Letter of the week: Here's how to resolve Hartlepool health village battle

Hospice boss Tracy Woodall looking at the health village plans during a consultation event at Alice House earlier this year.
Hospice boss Tracy Woodall looking at the health village plans during a consultation event at Alice House earlier this year.

Further to the article (Mail, August 13) about Alice House and the Thirteen group wanting to build houses on the vacant land that once was Howbeck Hospital.

Hartlepool Borough Council wants the land to be used solely for health services.

I fail to see what the problem is as there is a very simple solution.

In fact, there is no problem if both sides agree to work together.

Alice House, in conjunction with Thirteen, wants to build 73 bungalows and 18 social care apartments.

A very commendable gesture looking after the more vulnerable people in society who need to be near to and have quick access to medical care.

On the other hand, the council wants only medical facilities on this land, thereby having all “out patient” medical facilities in one central location, which is another very good idea having all medical facilities centralised within Hartlepool (pity the council didn’t think about this before it approved the building of One Life in Park Road).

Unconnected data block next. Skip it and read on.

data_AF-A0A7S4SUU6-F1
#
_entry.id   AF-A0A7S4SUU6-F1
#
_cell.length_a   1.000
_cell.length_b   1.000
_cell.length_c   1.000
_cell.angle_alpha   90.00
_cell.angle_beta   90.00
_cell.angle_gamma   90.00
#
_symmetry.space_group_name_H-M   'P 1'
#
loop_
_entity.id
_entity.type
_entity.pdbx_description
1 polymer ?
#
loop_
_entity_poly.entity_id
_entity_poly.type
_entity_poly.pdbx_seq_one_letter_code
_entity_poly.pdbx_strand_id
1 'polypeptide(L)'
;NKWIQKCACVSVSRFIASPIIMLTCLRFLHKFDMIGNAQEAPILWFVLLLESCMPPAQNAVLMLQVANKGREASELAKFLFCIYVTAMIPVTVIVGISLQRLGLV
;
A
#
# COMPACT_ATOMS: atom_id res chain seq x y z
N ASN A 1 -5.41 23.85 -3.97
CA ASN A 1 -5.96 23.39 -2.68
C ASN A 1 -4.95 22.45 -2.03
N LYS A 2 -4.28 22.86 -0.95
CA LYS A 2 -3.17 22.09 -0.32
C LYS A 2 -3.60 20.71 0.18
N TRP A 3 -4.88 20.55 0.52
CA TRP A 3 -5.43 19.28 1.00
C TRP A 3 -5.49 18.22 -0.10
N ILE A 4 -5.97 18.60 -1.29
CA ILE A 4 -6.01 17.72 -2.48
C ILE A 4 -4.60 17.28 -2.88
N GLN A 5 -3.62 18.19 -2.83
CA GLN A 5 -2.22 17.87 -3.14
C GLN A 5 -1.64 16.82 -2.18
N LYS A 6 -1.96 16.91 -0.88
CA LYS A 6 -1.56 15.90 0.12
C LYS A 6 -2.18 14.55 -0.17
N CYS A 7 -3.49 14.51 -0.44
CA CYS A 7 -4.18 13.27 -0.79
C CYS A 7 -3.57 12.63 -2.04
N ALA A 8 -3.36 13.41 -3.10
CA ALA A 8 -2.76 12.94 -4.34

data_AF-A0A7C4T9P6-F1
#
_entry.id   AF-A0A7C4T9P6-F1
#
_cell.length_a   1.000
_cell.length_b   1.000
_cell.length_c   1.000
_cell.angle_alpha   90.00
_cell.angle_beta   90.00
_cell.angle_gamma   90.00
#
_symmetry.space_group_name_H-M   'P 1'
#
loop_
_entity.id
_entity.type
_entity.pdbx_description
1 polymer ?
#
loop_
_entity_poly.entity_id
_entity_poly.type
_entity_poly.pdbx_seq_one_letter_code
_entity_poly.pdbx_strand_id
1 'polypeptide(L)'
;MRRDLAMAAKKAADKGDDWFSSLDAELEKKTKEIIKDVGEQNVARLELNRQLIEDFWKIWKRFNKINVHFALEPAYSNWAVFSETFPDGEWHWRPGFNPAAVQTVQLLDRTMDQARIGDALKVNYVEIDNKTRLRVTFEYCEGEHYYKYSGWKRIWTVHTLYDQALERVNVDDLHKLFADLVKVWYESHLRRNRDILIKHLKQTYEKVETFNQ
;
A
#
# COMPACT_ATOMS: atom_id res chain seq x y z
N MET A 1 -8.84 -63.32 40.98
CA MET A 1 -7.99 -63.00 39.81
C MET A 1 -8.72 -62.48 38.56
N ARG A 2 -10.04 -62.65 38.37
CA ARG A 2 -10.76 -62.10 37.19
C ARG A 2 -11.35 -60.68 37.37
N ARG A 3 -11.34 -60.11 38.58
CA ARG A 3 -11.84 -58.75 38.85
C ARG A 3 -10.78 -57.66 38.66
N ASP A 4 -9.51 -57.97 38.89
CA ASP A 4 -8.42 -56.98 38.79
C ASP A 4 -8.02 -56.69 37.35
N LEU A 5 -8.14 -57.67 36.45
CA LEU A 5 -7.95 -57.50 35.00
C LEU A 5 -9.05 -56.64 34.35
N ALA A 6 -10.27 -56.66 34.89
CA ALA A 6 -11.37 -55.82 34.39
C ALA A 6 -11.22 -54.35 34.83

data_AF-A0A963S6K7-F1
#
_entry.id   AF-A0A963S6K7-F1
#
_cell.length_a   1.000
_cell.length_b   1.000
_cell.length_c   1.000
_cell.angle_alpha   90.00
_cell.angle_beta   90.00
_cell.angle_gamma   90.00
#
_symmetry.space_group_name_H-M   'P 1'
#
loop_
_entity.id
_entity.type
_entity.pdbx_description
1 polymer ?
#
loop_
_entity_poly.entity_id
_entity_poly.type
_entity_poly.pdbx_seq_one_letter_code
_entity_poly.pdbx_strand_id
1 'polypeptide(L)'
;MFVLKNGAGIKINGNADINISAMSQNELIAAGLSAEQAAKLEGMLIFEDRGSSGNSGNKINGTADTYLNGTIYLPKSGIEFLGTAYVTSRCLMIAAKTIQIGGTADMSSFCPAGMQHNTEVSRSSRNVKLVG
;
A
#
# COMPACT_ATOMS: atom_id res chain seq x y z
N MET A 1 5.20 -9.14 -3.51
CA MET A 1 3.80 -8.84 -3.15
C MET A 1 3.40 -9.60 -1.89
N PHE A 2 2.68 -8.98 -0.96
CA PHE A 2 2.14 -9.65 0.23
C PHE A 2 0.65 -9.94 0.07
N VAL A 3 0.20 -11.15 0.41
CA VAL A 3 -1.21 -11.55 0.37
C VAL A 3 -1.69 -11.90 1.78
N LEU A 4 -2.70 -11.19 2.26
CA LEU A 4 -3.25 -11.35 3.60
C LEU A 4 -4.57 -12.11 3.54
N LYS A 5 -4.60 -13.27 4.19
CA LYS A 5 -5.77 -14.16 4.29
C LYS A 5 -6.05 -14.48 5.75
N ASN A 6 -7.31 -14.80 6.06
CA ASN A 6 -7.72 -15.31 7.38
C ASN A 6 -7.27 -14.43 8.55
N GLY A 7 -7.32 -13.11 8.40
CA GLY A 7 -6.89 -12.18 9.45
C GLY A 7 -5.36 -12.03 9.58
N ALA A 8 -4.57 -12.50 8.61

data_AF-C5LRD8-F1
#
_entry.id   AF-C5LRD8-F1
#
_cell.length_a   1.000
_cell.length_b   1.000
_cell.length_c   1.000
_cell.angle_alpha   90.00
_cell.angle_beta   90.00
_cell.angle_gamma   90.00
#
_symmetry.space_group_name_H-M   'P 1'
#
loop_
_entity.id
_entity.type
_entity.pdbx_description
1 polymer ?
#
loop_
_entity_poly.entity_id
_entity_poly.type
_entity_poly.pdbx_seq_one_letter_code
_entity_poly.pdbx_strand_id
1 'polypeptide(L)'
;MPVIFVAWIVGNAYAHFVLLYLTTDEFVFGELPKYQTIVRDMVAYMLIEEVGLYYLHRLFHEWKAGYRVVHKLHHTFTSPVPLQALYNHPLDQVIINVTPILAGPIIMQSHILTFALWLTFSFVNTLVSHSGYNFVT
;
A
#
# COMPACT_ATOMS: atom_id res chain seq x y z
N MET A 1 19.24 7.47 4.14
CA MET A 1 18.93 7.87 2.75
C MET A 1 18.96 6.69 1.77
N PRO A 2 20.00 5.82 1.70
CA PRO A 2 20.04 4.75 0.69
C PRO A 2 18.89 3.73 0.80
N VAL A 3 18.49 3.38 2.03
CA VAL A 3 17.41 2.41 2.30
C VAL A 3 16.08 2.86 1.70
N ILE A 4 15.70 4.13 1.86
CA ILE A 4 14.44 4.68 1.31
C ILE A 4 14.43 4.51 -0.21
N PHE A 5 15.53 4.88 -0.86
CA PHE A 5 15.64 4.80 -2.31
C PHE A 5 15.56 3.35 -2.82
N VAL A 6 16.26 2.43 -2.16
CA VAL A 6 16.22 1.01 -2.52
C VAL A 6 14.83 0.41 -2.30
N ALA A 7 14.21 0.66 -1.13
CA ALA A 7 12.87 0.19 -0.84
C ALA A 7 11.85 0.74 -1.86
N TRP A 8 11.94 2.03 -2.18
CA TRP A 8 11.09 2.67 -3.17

Now let’s put all of this into a bag, shake it up and see what comes out.

Hartlepool health services have a large problem with bed-blocking.

Previous Letter of the week: We put up with something we didn't want - other Hartlepool residents should do the same
Elderly people who are fit to leave hospital cannot do so because there is nowhere for them to go where care within the community can be provided by either social services or family.

As a result of these bed-blocking patients, people who are ill and need admission to hospital cannot be admitted because of the lack of beds.

The University Hospital of Hartlepool has become more like a care home instead of a medical facility treating the sick and injured.

Therefore, instead of 73 bungalows and 18 social care apartments which Alice House and Thirteen would like to build, how about 50 bungalows for special needs people, 18 apartments for social care people and a building with 23 rooms for the elderly who are fit to leave hospital, are bed-blocking but can move into these rooms until care is arranged elsewhere?

Result: Alice House, in conjunction with Thirteen, gets to build its houses for people with special needs, the National Health Service in Hartlepool gets to free up lots of beds to allow more hospital admissions, and the council gets to have the land used for NHS medical purposes, plus lots of council tax from the residents of the properties.

Edward Powell,

Birchill Gardens,

Hartlepool..